You will appreciate this is a dynamic situation changing both globally and nationally. As more information becomes available, please see the ACB news twitter feed, shared experience on the ACB Mailbase and the ACB website, which will help with the ever-changing information.


A number of national and international organisations have dedicated online resources for healthcare professionals relating to SARS-CoV-2 and COVID-19:

Public Health England:

Royal College of Pathologists:

World Health Organisation:

New England Journal of Medicine:



1. Kristian G. Andersen, Andrew Rambaut, W. Ian Lipkin, Edward C. Holmes, Robert F. Garry. The proximal origin of SARS-CoV-2. Nature Medicine, 2020; DOI: 10.1038/s41591-020-0820-9.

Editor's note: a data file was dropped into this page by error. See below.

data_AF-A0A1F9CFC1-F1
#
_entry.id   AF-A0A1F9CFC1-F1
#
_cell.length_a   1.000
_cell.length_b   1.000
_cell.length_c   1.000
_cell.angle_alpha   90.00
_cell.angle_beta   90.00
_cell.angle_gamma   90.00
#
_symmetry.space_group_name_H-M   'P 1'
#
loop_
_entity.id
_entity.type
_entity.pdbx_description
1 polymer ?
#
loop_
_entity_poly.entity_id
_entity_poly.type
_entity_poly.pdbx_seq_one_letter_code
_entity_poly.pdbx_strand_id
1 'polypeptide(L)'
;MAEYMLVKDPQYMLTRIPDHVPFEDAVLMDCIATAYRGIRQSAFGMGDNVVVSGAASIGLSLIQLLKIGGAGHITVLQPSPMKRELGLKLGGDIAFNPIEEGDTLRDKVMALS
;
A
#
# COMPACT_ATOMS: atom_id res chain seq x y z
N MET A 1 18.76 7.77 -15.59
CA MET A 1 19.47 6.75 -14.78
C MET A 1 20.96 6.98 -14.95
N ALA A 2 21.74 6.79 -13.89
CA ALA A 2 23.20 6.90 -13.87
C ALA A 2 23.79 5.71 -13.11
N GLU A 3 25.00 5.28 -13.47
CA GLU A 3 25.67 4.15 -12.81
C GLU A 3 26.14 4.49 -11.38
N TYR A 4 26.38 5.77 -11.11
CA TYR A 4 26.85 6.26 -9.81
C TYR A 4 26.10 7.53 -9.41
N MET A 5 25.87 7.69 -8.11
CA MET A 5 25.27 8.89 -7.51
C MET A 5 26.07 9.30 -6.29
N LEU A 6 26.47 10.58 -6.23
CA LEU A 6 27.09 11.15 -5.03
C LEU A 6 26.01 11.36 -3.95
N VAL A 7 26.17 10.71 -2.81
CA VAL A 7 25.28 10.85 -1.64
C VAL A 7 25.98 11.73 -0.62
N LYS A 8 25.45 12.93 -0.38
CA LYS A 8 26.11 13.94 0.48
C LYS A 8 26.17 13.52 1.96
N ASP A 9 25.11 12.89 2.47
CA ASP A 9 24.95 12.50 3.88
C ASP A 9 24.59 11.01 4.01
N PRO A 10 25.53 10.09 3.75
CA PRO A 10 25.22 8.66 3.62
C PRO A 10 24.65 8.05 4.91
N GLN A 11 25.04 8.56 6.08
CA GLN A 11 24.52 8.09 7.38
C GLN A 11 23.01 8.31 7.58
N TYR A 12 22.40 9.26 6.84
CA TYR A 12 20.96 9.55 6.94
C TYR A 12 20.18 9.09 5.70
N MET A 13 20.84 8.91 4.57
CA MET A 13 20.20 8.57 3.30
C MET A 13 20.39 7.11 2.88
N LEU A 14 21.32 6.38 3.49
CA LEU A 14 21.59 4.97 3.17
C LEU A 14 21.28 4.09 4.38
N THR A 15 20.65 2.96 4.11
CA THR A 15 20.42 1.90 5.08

2. Li Q, Guan X, Wu P, et al. Early Transmission Dynamics in Wuhan, China, of Novel Coronavirus–Infected Pneumonia. N Engl J Med 2020; Jan 29. doi: 10.1056/NEJMoa2001316.

3. Van Doremalen N, Bushmaker T, Morris DH, et al. Aerosol and Surface Stability of SARS-CoV-2 as Compared with SARS-CoV-1. N Engl J Med. 2020 Mar 17. doi: 10.1056/NEJMc2004973.

4. Guan WJ, Hu Y, Liang WH, et al. Clinical Characteristics of Coronavirus Disease 2019 in China. N Engl J Med. 2020 Feb 28. doi: 10.1056/NEJMoa2002032.

5. Lippi G, Plebani M. Laboratory abnormalities in patients with COVID-2019 infection. Clin Chem Lab Med 2020 March; DOI: 10.1515/cclm-2020-0198.

6. Hu H, Ma, F, Wei X, Fang Y. Coronavirus fulminant myocarditis saved with glucocorticoid and human immunoglobulin Eur Heart J, ehaa190, March 20; doi:10.1093/eurheartj/ehaa190